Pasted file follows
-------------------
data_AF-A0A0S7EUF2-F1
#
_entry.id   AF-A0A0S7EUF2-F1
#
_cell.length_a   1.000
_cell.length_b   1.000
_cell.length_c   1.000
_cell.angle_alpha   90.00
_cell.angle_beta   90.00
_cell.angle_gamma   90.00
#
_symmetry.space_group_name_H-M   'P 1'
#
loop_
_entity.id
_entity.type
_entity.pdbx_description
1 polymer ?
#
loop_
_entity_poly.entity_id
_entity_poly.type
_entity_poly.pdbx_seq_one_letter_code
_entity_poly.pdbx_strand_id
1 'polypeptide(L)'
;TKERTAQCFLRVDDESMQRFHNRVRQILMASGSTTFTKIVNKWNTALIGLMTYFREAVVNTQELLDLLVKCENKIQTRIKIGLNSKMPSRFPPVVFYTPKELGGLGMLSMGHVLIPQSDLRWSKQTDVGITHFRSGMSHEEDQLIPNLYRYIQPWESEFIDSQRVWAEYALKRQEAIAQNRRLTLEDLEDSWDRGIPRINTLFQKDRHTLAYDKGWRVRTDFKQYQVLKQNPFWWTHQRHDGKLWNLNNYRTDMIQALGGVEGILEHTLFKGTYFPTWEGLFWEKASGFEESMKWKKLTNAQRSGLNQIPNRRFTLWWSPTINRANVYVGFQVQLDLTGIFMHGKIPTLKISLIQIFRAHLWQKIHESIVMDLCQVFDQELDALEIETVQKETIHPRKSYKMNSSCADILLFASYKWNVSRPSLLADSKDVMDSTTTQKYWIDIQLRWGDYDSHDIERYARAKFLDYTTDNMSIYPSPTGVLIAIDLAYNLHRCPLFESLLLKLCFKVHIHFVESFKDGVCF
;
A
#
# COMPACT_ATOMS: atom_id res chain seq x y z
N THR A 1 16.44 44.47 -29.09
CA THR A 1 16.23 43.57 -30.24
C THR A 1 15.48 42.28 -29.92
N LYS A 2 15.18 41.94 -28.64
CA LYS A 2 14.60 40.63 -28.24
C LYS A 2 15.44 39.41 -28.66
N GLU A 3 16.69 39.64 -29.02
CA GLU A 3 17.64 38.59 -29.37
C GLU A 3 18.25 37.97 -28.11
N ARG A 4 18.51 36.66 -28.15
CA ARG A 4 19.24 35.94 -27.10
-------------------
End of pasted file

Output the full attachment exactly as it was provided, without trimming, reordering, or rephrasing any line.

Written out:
data_AF-A0A0S7EUF2-F1
#
_entry.id   AF-A0A0S7EUF2-F1
#
_cell.length_a   1.000
_cell.length_b   1.000
_cell.length_c   1.000
_cell.angle_alpha   90.00
_cell.angle_beta   90.00
_cell.angle_gamma   90.00
#
_symmetry.space_group_name_H-M   'P 1'
#
loop_
_entity.id
_entity.type
_entity.pdbx_description
1 polymer ?
#
loop_
_entity_poly.entity_id
_entity_poly.type
_entity_poly.pdbx_seq_one_letter_code
_entity_poly.pdbx_strand_id
1 'polypeptide(L)'
;TKERTAQCFLRVDDESMQRFHNRVRQILMASGSTTFTKIVNKWNTALIGLMTYFREAVVNTQELLDLLVKCENKIQTRIKIGLNSKMPSRFPPVVFYTPKELGGLGMLSMGHVLIPQSDLRWSKQTDVGITHFRSGMSHEEDQLIPNLYRYIQPWESEFIDSQRVWAEYALKRQEAIAQNRRLTLEDLEDSWDRGIPRINTLFQKDRHTLAYDKGWRVRTDFKQYQVLKQNPFWWTHQRHDGKLWNLNNYRTDMIQALGGVEGILEHTLFKGTYFPTWEGLFWEKASGFEESMKWKKLTNAQRSGLNQIPNRRFTLWWSPTINRANVYVGFQVQLDLTGIFMHGKIPTLKISLIQIFRAHLWQKIHESIVMDLCQVFDQELDALEIETVQKETIHPRKSYKMNSSCADILLFASYKWNVSRPSLLADSKDVMDSTTTQKYWIDIQLRWGDYDSHDIERYARAKFLDYTTDNMSIYPSPTGVLIAIDLAYNLHRCPLFESLLLKLCFKVHIHFVESFKDGVCF
;
A
#
# COMPACT_ATOMS: atom_id res chain seq x y z
N THR A 1 16.44 44.47 -29.09
CA THR A 1 16.23 43.57 -30.24
C THR A 1 15.48 42.28 -29.92
N LYS A 2 15.18 41.94 -28.64
CA LYS A 2 14.60 40.63 -28.24
C LYS A 2 15.44 39.41 -28.66
N GLU A 3 16.69 39.64 -29.02
CA GLU A 3 17.64 38.59 -29.37
C GLU A 3 18.25 37.97 -28.11
N ARG A 4 18.51 36.66 -28.15
CA ARG A 4 19.24 35.94 -27.10